Margaret Constance Williams
15 April 1997 (age 24)
|Education||Norton Hill School|
Bath Dance College
|Known for||Game of Thrones 2011–2019|
|Partner(s)||Reuben Selby (2019–present)|
Margaret Constance "Maisie" Williams (born 15 April 1997) is an English actress who made her acting debut in 2011 as Arya Stark, a lead character in the HBO epic medieval fantasy drama series Game of Thrones (2011–2019). Williams garnered critical praise and accolades for her work on the show, receiving two nominations for the Primetime Emmy Award for Outstanding Supporting Actress in a Drama Series and global recognition. Williams' other television appearances include guest starring on the BBC science fiction series Doctor Who (2015), the British docudrama television film Cyberbully (2015), the British science-fiction teen thriller film iBoy (2017) and the comedy action drama series Two Weeks to Live (2020). Williams also voiced Cammie MacCloud in the American animated web series Gen:Lock (2019–present).
In 2014, she starred in her first feature film, the coming-of-age mystery drama The Falling, for which she received critical acclaim and awards recognition. She had co-starring roles in films such as the romantic period-drama film Mary Shelley (2017), the animated prehistorical sports comedy film Early Man (2018), and the romantic comedy-drama film Then Came You (2018). In 2020 she starred in the superhero horror film The New Mutants and the psychological thriller The Owners. In 2018, she made her stage debut in Lauren Gunderson's play I and You at the Hampstead Theatre in London, to positive critical reviews.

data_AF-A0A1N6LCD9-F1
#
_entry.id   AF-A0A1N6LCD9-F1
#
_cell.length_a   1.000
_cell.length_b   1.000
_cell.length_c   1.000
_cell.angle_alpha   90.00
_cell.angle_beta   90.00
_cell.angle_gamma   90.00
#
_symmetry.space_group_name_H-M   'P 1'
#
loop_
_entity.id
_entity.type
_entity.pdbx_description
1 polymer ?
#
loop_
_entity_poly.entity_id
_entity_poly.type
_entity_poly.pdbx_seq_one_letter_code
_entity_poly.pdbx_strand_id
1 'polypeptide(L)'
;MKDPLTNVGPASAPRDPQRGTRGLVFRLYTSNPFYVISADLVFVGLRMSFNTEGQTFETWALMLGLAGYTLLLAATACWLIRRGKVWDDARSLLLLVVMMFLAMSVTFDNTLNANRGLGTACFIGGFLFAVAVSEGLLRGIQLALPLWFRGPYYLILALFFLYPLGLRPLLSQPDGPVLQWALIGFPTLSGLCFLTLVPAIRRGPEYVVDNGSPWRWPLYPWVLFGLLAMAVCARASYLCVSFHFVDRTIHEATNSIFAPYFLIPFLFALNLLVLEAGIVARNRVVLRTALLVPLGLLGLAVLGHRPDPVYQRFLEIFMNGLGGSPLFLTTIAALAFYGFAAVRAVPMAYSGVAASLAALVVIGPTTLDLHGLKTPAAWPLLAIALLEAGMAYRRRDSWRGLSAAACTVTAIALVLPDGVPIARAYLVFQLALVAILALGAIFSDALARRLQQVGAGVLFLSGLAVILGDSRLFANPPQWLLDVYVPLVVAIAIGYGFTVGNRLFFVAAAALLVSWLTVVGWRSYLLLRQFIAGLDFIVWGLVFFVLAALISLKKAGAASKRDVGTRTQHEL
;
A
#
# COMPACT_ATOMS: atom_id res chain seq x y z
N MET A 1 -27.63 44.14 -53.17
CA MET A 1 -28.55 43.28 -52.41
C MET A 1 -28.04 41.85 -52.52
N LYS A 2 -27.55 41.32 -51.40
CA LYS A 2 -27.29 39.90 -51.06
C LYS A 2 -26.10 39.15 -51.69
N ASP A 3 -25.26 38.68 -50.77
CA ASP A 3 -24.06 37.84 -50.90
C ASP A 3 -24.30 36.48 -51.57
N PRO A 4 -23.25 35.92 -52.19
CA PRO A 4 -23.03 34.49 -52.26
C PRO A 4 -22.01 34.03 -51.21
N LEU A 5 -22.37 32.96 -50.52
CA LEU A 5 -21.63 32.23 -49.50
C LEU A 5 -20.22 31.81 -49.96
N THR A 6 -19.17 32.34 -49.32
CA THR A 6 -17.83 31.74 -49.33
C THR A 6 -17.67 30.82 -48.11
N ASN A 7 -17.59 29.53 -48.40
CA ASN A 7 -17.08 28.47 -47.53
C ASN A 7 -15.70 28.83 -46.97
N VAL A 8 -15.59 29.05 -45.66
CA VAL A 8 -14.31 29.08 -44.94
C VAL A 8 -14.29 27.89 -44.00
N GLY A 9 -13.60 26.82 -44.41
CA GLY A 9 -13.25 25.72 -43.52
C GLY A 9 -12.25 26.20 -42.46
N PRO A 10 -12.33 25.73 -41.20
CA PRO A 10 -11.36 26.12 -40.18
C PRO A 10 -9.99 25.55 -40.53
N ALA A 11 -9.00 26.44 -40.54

Williams is also an internet entrepreneur. In 2019, she jointly developed and co-launched the social media platform Daisie, a multi-media networking app designed to be an alternative means to help artists and creators (especially those who are trying to get started) in their careers. One of the main purposes of the platform is to support collaboration between creators on artistic projects from across various creative industries, as well as a hosting service upon which creators can showcase their own and joint work.
Margaret Constance Williams was born in Bristol on 15 April 1997 to Hilary Pitt (now Hilary Frances), a university course administrator who later gave up her job to support her daughter's acting career. Williams' parents separated when she was four months old. The youngest of four siblings, Williams was raised by her mother and stepfather in a three-bedroom council house in the village of Clutton, Somerset.